Human Society of Memphis & Shelby County Volunteer Coordinator Ashley Moore (left) and Nathan Garrison explain the benefits of adopting pets; Graceland employees (Right, from left). Kelton Neyland, Bonnie Dotson, Tawana Cooper, Penny Henderson, Suzanne Ginn, and Ayesha Johnson enjoyed the annual Scouts Rock event held from 10 AM until 3 PM at Graceland on Saturday, April 6, 2019. (Left) Using a modified iPhone as a controller, First Tech volunteer, mom, and coach, Tommie Rodgers (standing) and a group of 7th through 12th grade students from various schools were at the Scouts Rock event. (Right) The FTC Team # 7802 robotics display table. (Left) Surrounded by everything from skins of a black bear, opossum, muskrat, beaver, deer, grey fox, raccoon, elk, red fox, skunk and skulls of everything from both domestic and wild pigs, rats, a snapper alligator, moose’s antler, coyote’s head, bobcat’s head, and more, Tennessee Hunter Education Course instructor Gene Smith is pictured holding the shell of a turtle he found in the wild. (Center) Clark Shaw, CEO and owner of the original 1870 era home of Casey Jones Home and Railroad Museum, located between Memphis and Nashville, TN, was on hand marketing his fun family destination. (Right) According to Memphis Redbird employee Joe Hanson (right), AutoZone Park is the best place in Memphis to spend quality time with your family, school, church, employees, customers, and fellow organization members. Ticket prices are $17 - $36 per seat and groups of 10 or more can qualify for special promotional gifts. 3

Story and Pictures by Dr. Yvonne D. Nelson THE 2019 BILL PICKETT INVITATIONAL RODEO RETURNS TO MEMPHIS The Bill Pickett Invitational Rodeo was created and managed by promoter Lu Vason (1939 - 2015) who didn’t believe people were fully aware of the role black cowboys had played in the history of the United States. In 1977, while attending the Wyoming Cheyenne Frontier Days, Vason was aroused when no black cowboys were participants in the event. His revelation led to the creation, in 1984, of the all-black rodeo that he named after the legendary black cowboy Willie M. “Bill” Pickett (1870 - 1932), a rodeo performer he learned about while visiting the Black American West Museum of History in Denver, CO, and the person who originated the art of “bulldogging,” a move in which the cowboy rides alongside a steer eventually jumping onto its shoulders and wrestling the steer to the ground while digging his heels into the soft ground. Currently known as steer wrestling, it is one of, if not the most loved event performed in rodeos today. Now in its 35th year, the Bill Pickett Invitational Rodeo is a popular traveling series that reaches over 130,000 spectators annually across the United States. The Bill Pickett Invitational Rodeo with “live black cowboys and black cowgirls doing that rodeo thing” arrived in Memphis April 5-6, 2019. The event was held at the Agricenter ShowPlace Arena, 105 South Germantown Parkway. On Friday morning the hour-long “Rodeo for Kidz Sake” show featuring youth and adult riders tie down roping calves, bareback riding, bull-dogging (steer wrestling), bull riding, barrel racing, and more began at 10:30 am. Spanky the Clown took center stage to keep the crowd entertained throughout the event. Children from various schools attended, cheered, danced, and enjoyed learning about and watching the black cowboys and cowgirls perform various stunts on horses. The full Bill Pickett Invitational Rodeo followed Saturday evening at 7. Designed to celebrate and honor black cowboys and cowgirls and their many contributions to building the west, the event serves as a cultural event that provides families an opportunity to enjoy and to embrace the cowboy culture while being educated and entertained with western adventure. Information on the Bill Pickett Memorial Scholarship Fund (BPMSF), the schedule of events and more is available online at The Greatest Show on Dirt! The National Office is located at 5829 South Quintero Circle, Centennial, CO 80015, phone (303) 373-1246. They can be reached by email or by emailing the local Coordinator Ms. Kitty or phoning her at (901) 487-4722. 4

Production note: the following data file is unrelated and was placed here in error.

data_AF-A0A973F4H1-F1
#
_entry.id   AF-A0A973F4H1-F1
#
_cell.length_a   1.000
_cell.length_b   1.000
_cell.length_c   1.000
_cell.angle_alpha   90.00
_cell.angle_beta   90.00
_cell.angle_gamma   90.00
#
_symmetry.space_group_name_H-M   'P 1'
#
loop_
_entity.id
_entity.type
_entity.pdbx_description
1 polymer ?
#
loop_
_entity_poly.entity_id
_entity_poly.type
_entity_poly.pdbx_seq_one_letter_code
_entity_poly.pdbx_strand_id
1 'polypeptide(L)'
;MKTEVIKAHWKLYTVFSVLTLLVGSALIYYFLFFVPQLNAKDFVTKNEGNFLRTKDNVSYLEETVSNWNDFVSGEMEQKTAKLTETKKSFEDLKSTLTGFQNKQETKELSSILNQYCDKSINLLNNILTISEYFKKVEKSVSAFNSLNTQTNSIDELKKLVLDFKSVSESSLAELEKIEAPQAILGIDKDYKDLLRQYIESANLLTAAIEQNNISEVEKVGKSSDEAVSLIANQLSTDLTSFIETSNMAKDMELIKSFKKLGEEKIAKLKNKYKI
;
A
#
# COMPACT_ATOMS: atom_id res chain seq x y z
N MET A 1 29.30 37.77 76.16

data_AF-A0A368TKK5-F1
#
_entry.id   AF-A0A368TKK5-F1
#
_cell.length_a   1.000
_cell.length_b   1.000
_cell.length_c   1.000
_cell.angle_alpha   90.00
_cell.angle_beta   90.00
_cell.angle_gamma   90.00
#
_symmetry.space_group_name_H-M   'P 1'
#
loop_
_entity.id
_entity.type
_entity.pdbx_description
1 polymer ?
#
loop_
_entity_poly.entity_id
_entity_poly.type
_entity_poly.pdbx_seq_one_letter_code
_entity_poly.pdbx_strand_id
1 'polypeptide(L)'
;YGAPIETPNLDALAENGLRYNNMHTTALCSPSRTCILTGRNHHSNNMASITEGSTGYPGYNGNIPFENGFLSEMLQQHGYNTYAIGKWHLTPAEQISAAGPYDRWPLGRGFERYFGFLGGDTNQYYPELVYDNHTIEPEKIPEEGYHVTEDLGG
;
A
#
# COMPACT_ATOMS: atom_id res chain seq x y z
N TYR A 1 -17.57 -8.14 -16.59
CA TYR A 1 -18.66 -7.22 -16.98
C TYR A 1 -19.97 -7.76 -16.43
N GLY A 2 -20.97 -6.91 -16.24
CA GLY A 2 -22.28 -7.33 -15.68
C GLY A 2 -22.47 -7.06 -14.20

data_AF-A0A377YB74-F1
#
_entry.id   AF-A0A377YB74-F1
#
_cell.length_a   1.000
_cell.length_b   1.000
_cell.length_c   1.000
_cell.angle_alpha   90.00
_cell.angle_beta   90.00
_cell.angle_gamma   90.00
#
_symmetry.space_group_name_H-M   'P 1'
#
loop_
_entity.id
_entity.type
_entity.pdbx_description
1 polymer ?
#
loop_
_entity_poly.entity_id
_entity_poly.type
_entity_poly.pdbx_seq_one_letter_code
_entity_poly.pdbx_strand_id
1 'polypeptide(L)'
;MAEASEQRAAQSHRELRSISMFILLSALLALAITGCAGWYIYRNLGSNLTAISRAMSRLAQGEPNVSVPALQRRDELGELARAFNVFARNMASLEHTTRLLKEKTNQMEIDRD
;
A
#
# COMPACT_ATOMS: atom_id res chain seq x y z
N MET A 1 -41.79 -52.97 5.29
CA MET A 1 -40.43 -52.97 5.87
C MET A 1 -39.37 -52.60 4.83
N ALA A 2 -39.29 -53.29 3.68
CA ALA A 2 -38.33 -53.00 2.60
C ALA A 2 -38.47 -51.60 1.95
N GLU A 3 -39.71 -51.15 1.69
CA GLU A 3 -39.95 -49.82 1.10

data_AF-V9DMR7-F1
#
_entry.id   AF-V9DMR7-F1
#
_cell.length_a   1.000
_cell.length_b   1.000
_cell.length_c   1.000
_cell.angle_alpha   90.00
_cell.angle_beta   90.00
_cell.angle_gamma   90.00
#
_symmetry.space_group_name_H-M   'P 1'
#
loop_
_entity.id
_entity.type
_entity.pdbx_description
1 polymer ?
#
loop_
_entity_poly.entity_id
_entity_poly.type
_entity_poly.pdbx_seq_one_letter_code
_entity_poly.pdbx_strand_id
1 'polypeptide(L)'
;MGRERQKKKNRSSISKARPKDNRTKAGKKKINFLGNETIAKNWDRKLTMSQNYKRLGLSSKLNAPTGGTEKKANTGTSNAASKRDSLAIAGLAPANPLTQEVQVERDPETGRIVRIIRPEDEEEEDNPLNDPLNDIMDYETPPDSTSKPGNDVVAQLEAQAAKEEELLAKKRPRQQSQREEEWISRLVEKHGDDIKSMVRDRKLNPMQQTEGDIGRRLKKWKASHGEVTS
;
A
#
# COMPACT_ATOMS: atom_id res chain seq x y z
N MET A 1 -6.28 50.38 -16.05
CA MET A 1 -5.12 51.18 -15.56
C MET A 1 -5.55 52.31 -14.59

(Above) The opening ceremonies of the 2019 Bill Pickett Invitational Rodeo show displayed honor to both the African American and the American flags. (Below) Bill Pickett Invitational performers and Circle W Ranch family members (rear from left) Rena Brooks, Catrina Wright, Mattison Wright, RopeTight Wright (front from left) Jacob Wright and Zion Wright attended the two-day event wearing custom designed Circle W Ranch insignia, classic black cowboy hats, and, for those old enough, traditional western-styled boots. 5 2019 BILL PICKETT INVITATIONAL RODEO